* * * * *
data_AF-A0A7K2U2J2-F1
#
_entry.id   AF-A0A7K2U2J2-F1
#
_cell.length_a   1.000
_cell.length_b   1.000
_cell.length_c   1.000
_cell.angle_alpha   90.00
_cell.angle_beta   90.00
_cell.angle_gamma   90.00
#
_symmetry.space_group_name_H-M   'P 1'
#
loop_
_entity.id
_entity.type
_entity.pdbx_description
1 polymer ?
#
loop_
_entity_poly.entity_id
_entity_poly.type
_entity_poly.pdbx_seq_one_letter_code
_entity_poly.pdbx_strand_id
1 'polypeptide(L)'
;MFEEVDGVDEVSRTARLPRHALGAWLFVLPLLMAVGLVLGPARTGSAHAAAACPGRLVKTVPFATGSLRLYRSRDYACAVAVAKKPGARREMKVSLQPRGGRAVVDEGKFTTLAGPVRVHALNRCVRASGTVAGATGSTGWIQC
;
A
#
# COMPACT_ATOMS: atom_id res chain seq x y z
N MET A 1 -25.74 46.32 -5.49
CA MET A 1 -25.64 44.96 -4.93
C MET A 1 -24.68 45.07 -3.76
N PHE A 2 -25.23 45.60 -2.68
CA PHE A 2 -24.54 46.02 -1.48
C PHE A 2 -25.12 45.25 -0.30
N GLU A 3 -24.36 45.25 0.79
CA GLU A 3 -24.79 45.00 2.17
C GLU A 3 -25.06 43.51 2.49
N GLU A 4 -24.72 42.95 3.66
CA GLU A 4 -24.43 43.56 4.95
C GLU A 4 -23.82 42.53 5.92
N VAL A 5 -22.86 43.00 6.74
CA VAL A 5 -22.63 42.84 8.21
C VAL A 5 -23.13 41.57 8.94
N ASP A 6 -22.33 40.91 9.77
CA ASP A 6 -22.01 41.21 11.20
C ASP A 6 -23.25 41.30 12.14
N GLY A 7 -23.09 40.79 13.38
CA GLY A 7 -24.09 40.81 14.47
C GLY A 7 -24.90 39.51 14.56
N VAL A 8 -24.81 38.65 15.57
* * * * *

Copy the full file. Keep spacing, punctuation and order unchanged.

data_AF-A0A7K2U2J2-F1
#
_entry.id   AF-A0A7K2U2J2-F1
#
_cell.length_a   1.000
_cell.length_b   1.000
_cell.length_c   1.000
_cell.angle_alpha   90.00
_cell.angle_beta   90.00
_cell.angle_gamma   90.00
#
_symmetry.space_group_name_H-M   'P 1'
#
loop_
_entity.id
_entity.type
_entity.pdbx_description
1 polymer ?
#
loop_
_entity_poly.entity_id
_entity_poly.type
_entity_poly.pdbx_seq_one_letter_code
_entity_poly.pdbx_strand_id
1 'polypeptide(L)'
;MFEEVDGVDEVSRTARLPRHALGAWLFVLPLLMAVGLVLGPARTGSAHAAAACPGRLVKTVPFATGSLRLYRSRDYACAVAVAKKPGARREMKVSLQPRGGRAVVDEGKFTTLAGPVRVHALNRCVRASGTVAGATGSTGWIQC
;
A
#
# COMPACT_ATOMS: atom_id res chain seq x y z
N MET A 1 -25.74 46.32 -5.49
CA MET A 1 -25.64 44.96 -4.93
C MET A 1 -24.68 45.07 -3.76
N PHE A 2 -25.23 45.60 -2.68
CA PHE A 2 -24.54 46.02 -1.48
C PHE A 2 -25.12 45.25 -0.30
N GLU A 3 -24.36 45.25 0.79
CA GLU A 3 -24.79 45.00 2.17
C GLU A 3 -25.06 43.51 2.49
N GLU A 4 -24.72 42.95 3.66
CA GLU A 4 -24.43 43.56 4.95
C GLU A 4 -23.82 42.53 5.92
N VAL A 5 -22.86 43.00 6.74
CA VAL A 5 -22.63 42.84 8.21
C VAL A 5 -23.13 41.57 8.94
N ASP A 6 -22.33 40.91 9.77
CA ASP A 6 -22.01 41.21 11.20
C ASP A 6 -23.25 41.30 12.14
N GLY A 7 -23.09 40.79 13.38
CA GLY A 7 -24.09 40.81 14.47
C GLY A 7 -24.90 39.51 14.56
N VAL A 8 -24.81 38.65 15.57